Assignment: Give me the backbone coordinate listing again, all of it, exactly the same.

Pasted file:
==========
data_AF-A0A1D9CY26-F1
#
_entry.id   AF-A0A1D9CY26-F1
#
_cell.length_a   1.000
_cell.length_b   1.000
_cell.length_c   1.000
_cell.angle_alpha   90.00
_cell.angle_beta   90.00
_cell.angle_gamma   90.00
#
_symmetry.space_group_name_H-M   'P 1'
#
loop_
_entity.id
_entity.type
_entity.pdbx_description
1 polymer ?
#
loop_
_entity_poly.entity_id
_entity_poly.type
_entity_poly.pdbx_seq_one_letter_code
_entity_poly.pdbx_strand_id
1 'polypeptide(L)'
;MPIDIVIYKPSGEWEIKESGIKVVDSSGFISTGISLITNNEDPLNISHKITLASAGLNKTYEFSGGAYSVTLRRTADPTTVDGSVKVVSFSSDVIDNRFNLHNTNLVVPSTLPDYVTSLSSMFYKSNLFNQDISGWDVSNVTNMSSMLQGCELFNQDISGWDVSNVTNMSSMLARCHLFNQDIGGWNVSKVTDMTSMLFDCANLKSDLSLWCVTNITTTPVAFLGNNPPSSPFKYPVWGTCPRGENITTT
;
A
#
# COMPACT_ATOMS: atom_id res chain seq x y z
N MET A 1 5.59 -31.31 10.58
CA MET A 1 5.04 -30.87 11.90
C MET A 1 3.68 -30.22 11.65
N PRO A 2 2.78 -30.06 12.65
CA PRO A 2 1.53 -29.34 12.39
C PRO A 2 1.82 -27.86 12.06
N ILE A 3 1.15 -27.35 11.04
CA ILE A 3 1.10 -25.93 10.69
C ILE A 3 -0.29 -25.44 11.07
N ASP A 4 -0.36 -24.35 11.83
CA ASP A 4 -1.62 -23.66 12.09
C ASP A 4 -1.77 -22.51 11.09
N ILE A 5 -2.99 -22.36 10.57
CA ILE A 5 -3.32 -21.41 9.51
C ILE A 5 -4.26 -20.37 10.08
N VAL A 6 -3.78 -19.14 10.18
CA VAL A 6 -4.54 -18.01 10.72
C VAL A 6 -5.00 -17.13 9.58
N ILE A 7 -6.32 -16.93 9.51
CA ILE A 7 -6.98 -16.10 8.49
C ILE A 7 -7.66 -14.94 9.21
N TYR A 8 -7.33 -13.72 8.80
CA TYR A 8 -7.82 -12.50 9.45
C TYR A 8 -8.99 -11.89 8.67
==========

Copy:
data_AF-A0A1D9CY26-F1
#
_entry.id   AF-A0A1D9CY26-F1
#
_cell.length_a   1.000
_cell.length_b   1.000
_cell.length_c   1.000
_cell.angle_alpha   90.00
_cell.angle_beta   90.00
_cell.angle_gamma   90.00
#
_symmetry.space_group_name_H-M   'P 1'
#
loop_
_entity.id
_entity.type
_entity.pdbx_description
1 polymer ?
#
loop_
_entity_poly.entity_id
_entity_poly.type
_entity_poly.pdbx_seq_one_letter_code
_entity_poly.pdbx_strand_id
1 'polypeptide(L)'
;MPIDIVIYKPSGEWEIKESGIKVVDSSGFISTGISLITNNEDPLNISHKITLASAGLNKTYEFSGGAYSVTLRRTADPTTVDGSVKVVSFSSDVIDNRFNLHNTNLVVPSTLPDYVTSLSSMFYKSNLFNQDISGWDVSNVTNMSSMLQGCELFNQDISGWDVSNVTNMSSMLARCHLFNQDIGGWNVSKVTDMTSMLFDCANLKSDLSLWCVTNITTTPVAFLGNNPPSSPFKYPVWGTCPRGENITTT
;
A
#
# COMPACT_ATOMS: atom_id res chain seq x y z
N MET A 1 5.59 -31.31 10.58
CA MET A 1 5.04 -30.87 11.90
C MET A 1 3.68 -30.22 11.65
N PRO A 2 2.78 -30.06 12.65
CA PRO A 2 1.53 -29.34 12.39
C PRO A 2 1.82 -27.86 12.06
N ILE A 3 1.15 -27.35 11.04
CA ILE A 3 1.10 -25.93 10.69
C ILE A 3 -0.29 -25.44 11.07
N ASP A 4 -0.36 -24.35 11.83
CA ASP A 4 -1.62 -23.66 12.09
C ASP A 4 -1.77 -22.51 11.09
N ILE A 5 -2.99 -22.36 10.57
CA ILE A 5 -3.32 -21.41 9.51
C ILE A 5 -4.26 -20.37 10.08
N VAL A 6 -3.78 -19.14 10.18
CA VAL A 6 -4.54 -18.01 10.72
C VAL A 6 -5.00 -17.13 9.58
N ILE A 7 -6.32 -16.93 9.51
CA ILE A 7 -6.98 -16.10 8.49
C ILE A 7 -7.66 -14.94 9.21
N TYR A 8 -7.33 -13.72 8.80
CA TYR A 8 -7.82 -12.50 9.45
C TYR A 8 -8.99 -11.89 8.67